We need a war-waging Christ. A war-waging Christ helps us understand the ultimate intentions of God throughout time. God is at war. His eyes are ablaze with fire over the red lights that accentuate her prepubescent silhouette. His sharp sword will strike down all empires where injustices were allowed to flourish and in this, the entire world lays under the certain wrath of God. He alone is King of Kings and he will reign in actuality only after judging the world and establishing justice for all. God’s war is not a symbolic war, it is not a metaphor for his hatred of sin. “Love the sinner, hate the sin,” it is often said, but in the great judgment of the nations, sin and sinner are one object just as Christ on the cross was the actualized object of all of God’s great wrath and fury. Christ either stands as our substitute, taking on the full wrath and fury of a holy God who is at war or we stand before him, ready to be the objects of his justice and judgment. In Revelation 19 it says, “He treads the winepress of the fury of the wrath of God Almighty.” This phrase, ‘the winepress’ points to the well-known act of wine making where grapes are sequestered in a small area, corralled and smashed to a pulp, to be then pressed out. It is a sign not of total obliteration or annihilation but rather of a destruction so severe and complete that it transforms the object being crushed into an indistinguishable mass, forever incapable of being restored to its prior form. The phrase, ‘the fury of the wrath of God Almighty,’ points to the manner with which the act of crushing will be done. Fury refers to ‘unrestrained rage.’ God is not one to be ‘out of control,’ but a full, un-restrained expression of the Almighty’s rage against all that is unjust and evil lays over the human horizon and such an historic moment should strike real fear in the hearts of every person.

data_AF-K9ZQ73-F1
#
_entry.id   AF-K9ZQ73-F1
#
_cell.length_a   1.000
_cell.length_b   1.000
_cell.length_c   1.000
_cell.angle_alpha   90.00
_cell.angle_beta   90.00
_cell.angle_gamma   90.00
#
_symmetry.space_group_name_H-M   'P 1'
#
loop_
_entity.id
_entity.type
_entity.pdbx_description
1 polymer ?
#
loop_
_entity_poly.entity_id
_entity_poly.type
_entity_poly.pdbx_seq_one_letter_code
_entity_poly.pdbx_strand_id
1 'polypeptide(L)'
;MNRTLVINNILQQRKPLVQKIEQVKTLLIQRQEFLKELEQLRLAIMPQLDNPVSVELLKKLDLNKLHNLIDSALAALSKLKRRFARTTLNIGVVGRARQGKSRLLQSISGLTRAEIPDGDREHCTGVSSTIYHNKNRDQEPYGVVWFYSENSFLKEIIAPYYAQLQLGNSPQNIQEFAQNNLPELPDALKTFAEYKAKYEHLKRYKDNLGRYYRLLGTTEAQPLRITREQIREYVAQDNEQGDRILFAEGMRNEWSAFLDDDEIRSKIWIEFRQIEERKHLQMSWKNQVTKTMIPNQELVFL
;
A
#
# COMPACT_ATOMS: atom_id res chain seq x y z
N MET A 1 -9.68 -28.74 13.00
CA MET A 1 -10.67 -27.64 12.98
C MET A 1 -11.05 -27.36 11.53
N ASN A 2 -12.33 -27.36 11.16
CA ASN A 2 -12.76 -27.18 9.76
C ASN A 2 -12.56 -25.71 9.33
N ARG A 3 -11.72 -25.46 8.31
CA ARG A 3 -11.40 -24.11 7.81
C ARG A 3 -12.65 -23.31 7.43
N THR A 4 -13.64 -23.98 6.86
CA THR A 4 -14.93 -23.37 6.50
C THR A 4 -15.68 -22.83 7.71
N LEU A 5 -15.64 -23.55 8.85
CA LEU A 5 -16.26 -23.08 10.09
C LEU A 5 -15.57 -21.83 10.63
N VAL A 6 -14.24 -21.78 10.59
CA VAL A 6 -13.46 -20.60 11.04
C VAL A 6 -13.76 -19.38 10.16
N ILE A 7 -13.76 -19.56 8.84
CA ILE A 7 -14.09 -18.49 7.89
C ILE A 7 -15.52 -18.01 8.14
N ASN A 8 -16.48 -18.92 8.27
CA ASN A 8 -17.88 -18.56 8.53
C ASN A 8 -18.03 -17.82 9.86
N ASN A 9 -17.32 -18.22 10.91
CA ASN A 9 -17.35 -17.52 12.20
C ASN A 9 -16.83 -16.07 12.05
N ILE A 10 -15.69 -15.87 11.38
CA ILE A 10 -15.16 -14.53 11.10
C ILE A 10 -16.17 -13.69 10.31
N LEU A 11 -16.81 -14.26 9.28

Milan’s plight is not out of sight from the all-seeing God and her defeated whimpers fuel the great wrath of God against the nations. The promise of Scripture is not merely that our sins can be forgiven or that Milan’s tears will one day be wiped away but also that her captors will one day be crushed like grapes, they will be pressed out under the full, unrestrained wrath of God. God is at war not only against injustice but also for those who suffer. As the great eschatological realities of the Christian faith are either ignored or allegorized, we are losing the ability to provide a cohesive, comprehensive worldview and thus the Christian message itself is being compromised. We cannot have the great love of God without also the great wrath of God. The prophetic realities of the return of Christ and his judgment have been relegated to the worst expressions of the Church, those who sensationalize God’s return, those who commercialize the promises of God and exploit those who fall prey to their teaching. Prophecy and the great eschatological teachings of Scripture are seen as the fantastical expressions of late-night television cult-leaders, an embarrassing expression of a day gone-by in the Christian faith. We need to recapture the full centrality and motivating nature of the eschaton, to recommit ourselves to the study of prophecy and redeem the hope we have in the personal return of the war-waging Christ. The cross alone cannot itself give us God’s ultimate answer for suffering and injustice. The judgment poured out upon Christ on the cross is only a part of God’s plan. God is at war, a war that was won in the devastating blow against sin and death on the cross but one that will only be won in actuality when Heaven stands open and the rider on the white horse comes forth with his armies to once and for all banish evil from his world. Milan’s suffering and her inadequate aftertaste world of happiness gone by will one day be replaced by the great wedding feast of God. No longer a $5.00 whore, she will be free to experience this time of great joy and renewal and in this alone do we see her tears wiped away and the music and red lights of her hell vanquished forever.